Do you have plants that look like they’ve been sprinkled with flour? Or snowed on? If you do, you have powdery mildew.
Powdery mildew is a common fungus that affects a wide variety of plants.
The good news is that powdery mildew can be easily identified, appearing as light gray or white powdery spots usually found on infected leaves.
It can also be found underneath the leaves, or on stems, flowers, fruit or vegetables.
The spots will spread, eventually covering most of the leaves on the plant, with new plant growth being the most susceptible.
Powdery mildew thrives in warm, dry climates, but it also needs fairly high humidity — sound like the summertime here in zone 7?
Not enough sunlight and poor air circulation also contribute to conditions that encourage powdery mildew.
Keep your eyes on these plants.
Unfortunately, there aren’t any plants (zero, zilch, nada) that are completely immune to some form of powdery mildew, and there are some that are MORE susceptible to powdery mildew than others, They include:
Interestingly, powdery mildew is caused by several different species of fungi that affect different kinds of plants. The powdery mildew that you find on your squash is not the same as the mildew on your beans or roses.
Gourd plants such as pumpkins, squash, cukes, and melons have three different powdery mildew fungi gunning for them that can thrive in both humid and dry weather. The spores of the fungi are windborne and can’t really be avoided.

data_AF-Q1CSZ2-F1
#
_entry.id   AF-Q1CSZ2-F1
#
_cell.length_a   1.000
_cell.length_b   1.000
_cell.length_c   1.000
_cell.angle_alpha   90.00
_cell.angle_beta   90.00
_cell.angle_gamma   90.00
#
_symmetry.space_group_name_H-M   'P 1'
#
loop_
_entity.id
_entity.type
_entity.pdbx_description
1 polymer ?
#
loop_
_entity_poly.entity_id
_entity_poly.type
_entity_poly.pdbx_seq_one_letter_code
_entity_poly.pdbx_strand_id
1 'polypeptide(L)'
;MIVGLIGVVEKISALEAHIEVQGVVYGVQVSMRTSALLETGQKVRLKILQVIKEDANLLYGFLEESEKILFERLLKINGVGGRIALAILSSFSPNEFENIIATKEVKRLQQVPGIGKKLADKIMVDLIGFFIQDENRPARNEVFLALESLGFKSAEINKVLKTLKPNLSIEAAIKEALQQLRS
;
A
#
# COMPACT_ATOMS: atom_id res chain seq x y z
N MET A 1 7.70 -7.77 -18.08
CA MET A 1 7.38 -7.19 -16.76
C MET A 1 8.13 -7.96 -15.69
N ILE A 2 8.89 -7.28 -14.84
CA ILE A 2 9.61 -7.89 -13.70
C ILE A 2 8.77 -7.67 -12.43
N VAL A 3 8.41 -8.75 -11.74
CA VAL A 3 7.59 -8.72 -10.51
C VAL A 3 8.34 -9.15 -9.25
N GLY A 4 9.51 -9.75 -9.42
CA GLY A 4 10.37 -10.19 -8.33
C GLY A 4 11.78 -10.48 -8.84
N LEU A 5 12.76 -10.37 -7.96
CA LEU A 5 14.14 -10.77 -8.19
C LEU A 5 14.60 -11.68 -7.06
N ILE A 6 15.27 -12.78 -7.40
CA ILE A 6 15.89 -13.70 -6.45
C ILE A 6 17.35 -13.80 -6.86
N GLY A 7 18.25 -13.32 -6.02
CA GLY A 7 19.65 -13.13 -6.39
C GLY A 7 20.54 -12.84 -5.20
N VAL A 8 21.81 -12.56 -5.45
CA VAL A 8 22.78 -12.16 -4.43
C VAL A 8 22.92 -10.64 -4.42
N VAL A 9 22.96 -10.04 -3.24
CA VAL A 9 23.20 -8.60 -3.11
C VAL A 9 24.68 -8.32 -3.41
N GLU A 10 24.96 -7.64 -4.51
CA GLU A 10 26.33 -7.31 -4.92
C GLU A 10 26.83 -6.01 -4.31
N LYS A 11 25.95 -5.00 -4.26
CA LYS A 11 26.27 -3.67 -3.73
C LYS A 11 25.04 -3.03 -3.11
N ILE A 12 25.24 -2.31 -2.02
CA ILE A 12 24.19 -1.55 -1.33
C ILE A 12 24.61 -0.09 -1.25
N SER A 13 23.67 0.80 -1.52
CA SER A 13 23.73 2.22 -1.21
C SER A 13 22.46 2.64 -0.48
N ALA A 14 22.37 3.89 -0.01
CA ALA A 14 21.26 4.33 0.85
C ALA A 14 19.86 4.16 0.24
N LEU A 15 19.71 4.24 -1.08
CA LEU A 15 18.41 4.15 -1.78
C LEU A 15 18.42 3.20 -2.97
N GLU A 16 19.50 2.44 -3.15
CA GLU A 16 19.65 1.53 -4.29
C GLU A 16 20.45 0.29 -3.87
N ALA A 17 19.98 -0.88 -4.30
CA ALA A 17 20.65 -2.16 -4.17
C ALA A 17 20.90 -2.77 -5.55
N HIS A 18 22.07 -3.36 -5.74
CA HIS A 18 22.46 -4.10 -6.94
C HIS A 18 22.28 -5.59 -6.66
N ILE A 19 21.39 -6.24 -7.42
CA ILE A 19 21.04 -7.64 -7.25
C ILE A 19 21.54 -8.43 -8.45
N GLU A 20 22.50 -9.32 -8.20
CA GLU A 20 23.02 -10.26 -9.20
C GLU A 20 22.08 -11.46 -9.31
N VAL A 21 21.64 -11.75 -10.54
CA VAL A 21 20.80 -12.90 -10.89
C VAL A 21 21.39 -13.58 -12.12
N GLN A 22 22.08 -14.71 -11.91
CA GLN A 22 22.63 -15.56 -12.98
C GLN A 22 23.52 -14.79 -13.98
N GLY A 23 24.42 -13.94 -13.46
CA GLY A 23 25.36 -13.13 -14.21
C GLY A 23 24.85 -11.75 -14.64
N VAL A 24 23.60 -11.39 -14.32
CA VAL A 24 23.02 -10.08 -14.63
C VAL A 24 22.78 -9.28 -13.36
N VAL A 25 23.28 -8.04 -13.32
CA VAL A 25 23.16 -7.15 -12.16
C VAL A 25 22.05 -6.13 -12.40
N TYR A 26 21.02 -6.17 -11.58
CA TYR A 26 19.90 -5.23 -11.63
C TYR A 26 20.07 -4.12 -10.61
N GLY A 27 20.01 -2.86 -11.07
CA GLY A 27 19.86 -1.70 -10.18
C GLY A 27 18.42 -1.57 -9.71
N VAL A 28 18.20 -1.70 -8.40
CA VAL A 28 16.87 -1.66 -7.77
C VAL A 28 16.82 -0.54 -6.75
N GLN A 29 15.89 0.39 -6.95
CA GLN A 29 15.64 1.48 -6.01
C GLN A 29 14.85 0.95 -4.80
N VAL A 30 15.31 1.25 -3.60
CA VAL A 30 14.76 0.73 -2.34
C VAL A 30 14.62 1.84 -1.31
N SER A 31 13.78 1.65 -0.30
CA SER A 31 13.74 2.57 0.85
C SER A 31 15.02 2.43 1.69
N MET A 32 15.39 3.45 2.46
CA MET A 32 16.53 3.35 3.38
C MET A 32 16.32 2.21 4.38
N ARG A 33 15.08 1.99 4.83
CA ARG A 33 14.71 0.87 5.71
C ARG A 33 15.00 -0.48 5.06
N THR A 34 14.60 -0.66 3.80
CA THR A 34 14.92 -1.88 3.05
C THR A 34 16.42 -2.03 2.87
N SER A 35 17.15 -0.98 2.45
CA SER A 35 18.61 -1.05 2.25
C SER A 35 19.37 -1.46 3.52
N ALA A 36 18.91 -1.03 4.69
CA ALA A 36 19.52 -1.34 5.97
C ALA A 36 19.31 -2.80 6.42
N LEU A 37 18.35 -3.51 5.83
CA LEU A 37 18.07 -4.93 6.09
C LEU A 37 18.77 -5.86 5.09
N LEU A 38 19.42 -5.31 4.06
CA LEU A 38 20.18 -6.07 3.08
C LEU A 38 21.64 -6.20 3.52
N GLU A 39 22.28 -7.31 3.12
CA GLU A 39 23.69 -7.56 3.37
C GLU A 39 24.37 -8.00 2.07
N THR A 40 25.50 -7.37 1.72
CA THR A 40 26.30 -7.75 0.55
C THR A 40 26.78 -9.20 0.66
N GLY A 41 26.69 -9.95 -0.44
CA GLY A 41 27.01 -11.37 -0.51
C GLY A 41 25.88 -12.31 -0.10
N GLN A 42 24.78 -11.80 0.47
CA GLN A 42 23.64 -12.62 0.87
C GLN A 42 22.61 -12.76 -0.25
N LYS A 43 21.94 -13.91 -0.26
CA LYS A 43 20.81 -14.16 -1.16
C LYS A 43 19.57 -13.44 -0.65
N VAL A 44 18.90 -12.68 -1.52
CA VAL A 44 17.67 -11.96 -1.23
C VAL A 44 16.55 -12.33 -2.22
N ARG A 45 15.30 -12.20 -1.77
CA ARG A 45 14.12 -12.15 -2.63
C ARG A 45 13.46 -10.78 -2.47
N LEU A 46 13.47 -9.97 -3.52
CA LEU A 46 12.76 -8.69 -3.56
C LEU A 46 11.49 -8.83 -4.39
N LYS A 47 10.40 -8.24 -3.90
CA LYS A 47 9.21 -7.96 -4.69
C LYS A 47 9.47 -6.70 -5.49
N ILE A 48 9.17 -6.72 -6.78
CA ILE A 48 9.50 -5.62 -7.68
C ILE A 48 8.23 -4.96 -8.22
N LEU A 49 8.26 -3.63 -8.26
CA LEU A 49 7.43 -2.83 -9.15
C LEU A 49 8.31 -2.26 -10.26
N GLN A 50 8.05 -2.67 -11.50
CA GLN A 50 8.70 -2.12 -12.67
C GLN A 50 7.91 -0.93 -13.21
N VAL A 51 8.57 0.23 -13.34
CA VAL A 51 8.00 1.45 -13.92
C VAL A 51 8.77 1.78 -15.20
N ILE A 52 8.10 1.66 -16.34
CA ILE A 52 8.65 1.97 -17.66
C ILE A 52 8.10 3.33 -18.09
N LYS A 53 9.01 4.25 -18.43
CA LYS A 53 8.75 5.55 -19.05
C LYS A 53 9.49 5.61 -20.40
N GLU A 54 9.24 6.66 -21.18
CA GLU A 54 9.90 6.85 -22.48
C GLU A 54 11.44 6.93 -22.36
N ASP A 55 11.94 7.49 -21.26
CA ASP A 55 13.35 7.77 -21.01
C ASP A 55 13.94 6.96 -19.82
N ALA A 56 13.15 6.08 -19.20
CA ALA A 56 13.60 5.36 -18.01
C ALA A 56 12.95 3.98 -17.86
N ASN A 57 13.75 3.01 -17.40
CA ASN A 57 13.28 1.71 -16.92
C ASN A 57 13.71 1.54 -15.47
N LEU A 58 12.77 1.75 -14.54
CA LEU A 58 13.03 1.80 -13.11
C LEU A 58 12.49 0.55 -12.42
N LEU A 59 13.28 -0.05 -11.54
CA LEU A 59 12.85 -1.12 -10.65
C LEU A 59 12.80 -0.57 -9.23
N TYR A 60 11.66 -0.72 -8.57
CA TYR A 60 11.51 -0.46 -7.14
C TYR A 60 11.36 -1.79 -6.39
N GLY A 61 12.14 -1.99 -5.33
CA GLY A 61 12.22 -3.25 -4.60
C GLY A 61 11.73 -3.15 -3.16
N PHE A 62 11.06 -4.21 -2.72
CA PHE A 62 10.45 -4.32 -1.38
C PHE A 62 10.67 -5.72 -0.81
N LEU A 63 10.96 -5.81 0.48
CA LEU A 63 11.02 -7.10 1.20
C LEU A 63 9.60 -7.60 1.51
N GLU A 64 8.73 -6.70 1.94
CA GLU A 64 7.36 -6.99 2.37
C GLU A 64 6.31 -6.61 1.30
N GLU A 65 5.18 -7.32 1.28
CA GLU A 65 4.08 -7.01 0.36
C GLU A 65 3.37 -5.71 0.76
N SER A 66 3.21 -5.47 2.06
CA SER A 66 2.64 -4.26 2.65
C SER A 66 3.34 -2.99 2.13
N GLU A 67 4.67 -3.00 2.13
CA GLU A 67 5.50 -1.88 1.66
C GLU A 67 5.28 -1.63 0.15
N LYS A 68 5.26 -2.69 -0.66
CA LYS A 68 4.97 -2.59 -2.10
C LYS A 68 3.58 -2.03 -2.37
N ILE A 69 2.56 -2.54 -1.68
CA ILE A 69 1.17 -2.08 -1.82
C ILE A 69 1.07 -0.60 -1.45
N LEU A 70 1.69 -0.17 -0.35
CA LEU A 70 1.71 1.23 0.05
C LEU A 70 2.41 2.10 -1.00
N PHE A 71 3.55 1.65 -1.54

What can you do to prevent or eliminate powdery mildew?
First, when you’re planting, be sure to space your plants far enough apart to promote good air circulation. Also, be sure they get enough direct sunlight.
If you do see you have some of the powdery stuff, you can wipe or wash it off; chances are, though, it will return again.
Although rarely fatal, if left unchecked it can eventually cause serious harm to your plants by robbing them of water and nutrients.
Most infections cause minor damage such as leaves turning yellow or becoming withered or distorted, but plants can also become weak, bloom less, and grow more slowly.
Remove the affected leaves, stems, buds, fruit or vegetables from the plant and discard.
Some perennials can be cut down to the ground and new growth will emerge. Do not compost any damaged or diseased foliage as the spores can spread and persist in the composted material. And don’t forget to disinfect pruners and all tools after using them on infected plants.
Finally, use a powdery mildew fungicide on infected plants; copper or sulfur-containing organic fungicides can be both preventive and treatment for existing infections.
As always, your Garden Market is here to help you ensure your garden stays lush and healthy.
If you need preventions and treatments, you know we have your back. With our help, you can make that powdery mildew a big milDON’T!